Teaching Theology and Religion
Special Call for Papers
“Games and Learning in Religion and Theology”
Manuscripts Due September 1, 2017
The last decade and more of research into the impact of digital media on teaching and learning has lifted up multiple and diverse ways in which students’ experiences of learning in informal settings fundamentally shape how they approach formal, classroom settings. This research has highlighted video games in particular, and terms like ”gameful” learning, ”gamification,” and ”games/learning/society” are increasingly common in this literature.
Teaching Theology and Religion, an international peer-reviewed journal published by Wiley-Blackwell, seeks essays in a variety of genres and lengths that analyze how games and gameful learning are being utilized – and/or resisted — in religious studies and theology classrooms. Please send ideas, interest, or inquiries to Special Topics Editor, Mary Hess email@example.com.
How are you using simulations or alternate reality exercises to explore specific kinds of religious studies or theology content? Are web quests and other forms of gameful searching still useful? Have digital badges become a tool in your classrooms? How do games and gaming shape your approach to specific topics that are taught (rituals, for instance, or rules-based authority) and the ways that you teach? Does endless student fascination with games create opportunities or barriers for learning? How do you navigate competing claims on your students’ attention? What are the opportunities for student learning that exist in the midst of games? What kinds of challenges have you undertaken and what kinds of resources have you drawn on? What particular teaching strategies have you developed and how did they work?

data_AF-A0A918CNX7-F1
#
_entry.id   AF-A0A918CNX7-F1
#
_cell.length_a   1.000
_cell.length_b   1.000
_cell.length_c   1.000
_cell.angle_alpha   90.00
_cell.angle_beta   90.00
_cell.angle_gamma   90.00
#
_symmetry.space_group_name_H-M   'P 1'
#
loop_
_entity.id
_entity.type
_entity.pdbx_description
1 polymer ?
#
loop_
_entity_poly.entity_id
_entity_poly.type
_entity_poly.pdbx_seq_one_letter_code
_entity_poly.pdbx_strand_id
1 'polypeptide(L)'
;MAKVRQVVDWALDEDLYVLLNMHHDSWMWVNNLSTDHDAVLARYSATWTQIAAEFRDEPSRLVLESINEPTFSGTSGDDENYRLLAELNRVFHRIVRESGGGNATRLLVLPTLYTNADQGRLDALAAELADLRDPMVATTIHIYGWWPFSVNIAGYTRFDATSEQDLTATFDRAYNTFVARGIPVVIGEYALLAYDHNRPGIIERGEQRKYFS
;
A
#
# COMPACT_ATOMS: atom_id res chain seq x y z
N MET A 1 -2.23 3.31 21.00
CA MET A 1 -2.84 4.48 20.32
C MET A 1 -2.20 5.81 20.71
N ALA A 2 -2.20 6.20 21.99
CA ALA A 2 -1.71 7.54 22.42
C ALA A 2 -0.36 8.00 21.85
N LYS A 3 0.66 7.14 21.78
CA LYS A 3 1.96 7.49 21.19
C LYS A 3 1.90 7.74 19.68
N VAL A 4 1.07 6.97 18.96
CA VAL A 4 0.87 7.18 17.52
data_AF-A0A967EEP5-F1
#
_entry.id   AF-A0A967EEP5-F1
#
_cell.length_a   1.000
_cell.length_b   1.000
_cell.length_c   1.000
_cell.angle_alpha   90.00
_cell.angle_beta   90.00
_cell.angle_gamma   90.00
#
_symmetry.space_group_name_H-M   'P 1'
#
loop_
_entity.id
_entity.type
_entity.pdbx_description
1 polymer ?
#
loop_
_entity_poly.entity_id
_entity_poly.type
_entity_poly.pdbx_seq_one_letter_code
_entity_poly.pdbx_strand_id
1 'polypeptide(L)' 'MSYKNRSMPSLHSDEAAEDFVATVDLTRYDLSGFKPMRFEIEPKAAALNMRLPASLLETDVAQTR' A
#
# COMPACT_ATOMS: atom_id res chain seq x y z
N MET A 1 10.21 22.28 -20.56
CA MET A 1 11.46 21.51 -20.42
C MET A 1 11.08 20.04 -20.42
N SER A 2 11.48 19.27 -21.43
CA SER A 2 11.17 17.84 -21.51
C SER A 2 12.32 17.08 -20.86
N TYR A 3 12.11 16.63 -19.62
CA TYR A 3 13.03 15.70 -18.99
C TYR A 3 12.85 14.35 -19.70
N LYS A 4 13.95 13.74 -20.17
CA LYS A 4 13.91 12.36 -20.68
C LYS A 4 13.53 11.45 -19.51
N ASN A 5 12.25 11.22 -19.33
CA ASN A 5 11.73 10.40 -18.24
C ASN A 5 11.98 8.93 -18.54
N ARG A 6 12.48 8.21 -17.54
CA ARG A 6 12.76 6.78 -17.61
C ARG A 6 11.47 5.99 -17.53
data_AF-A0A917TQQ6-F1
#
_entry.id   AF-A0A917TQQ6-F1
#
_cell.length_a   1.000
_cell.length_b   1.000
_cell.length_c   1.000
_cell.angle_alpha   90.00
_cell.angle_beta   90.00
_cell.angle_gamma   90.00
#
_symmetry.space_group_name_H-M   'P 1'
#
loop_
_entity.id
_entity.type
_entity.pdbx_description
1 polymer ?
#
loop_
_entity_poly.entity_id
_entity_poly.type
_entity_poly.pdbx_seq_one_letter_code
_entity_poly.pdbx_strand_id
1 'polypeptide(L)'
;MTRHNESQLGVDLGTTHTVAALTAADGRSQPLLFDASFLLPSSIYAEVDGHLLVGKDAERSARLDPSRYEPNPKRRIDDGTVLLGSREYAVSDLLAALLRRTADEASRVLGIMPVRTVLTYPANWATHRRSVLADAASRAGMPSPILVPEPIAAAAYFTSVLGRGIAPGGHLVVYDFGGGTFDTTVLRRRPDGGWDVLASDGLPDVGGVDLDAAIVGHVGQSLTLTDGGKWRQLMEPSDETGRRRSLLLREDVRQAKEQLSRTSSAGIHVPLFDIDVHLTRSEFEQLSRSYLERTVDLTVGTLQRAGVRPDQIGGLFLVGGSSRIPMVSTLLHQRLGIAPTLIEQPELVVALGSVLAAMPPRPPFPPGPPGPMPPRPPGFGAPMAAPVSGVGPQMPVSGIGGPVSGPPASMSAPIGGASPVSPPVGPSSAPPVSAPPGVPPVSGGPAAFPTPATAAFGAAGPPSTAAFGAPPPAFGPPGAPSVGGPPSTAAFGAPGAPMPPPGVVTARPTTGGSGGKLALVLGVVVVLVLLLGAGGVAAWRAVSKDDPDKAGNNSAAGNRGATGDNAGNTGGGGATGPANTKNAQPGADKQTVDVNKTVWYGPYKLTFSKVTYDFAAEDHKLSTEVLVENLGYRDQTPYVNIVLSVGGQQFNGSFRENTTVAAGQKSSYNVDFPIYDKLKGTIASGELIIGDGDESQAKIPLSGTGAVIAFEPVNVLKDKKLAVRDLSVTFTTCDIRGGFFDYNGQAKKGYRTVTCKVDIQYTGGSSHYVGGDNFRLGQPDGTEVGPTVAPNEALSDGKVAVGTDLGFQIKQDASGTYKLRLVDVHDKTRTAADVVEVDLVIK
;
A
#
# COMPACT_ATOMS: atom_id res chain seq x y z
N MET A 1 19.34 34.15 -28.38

We invite papers that address how you are integrating game design into your teaching and learning strategies, as well as how a broader societal fascination with games is impacting your religion and/or theology classrooms.
Successful essays will draw on relevant literature and include thoughtful analysis of pedagogical solutions, experiments, challenges, and student learning in specific contexts. We also welcome shorter “Notes from the Classroom,” one page “Teaching Tactics,” 1500 word Book Reviews, or review essays that construct an argument by comparing and relating several important books in this field. All manuscripts will be vetted through the journal’s normal outside blind peer-review process.
Due September 1, 2017
Send manuscripts, inquires or questions, to: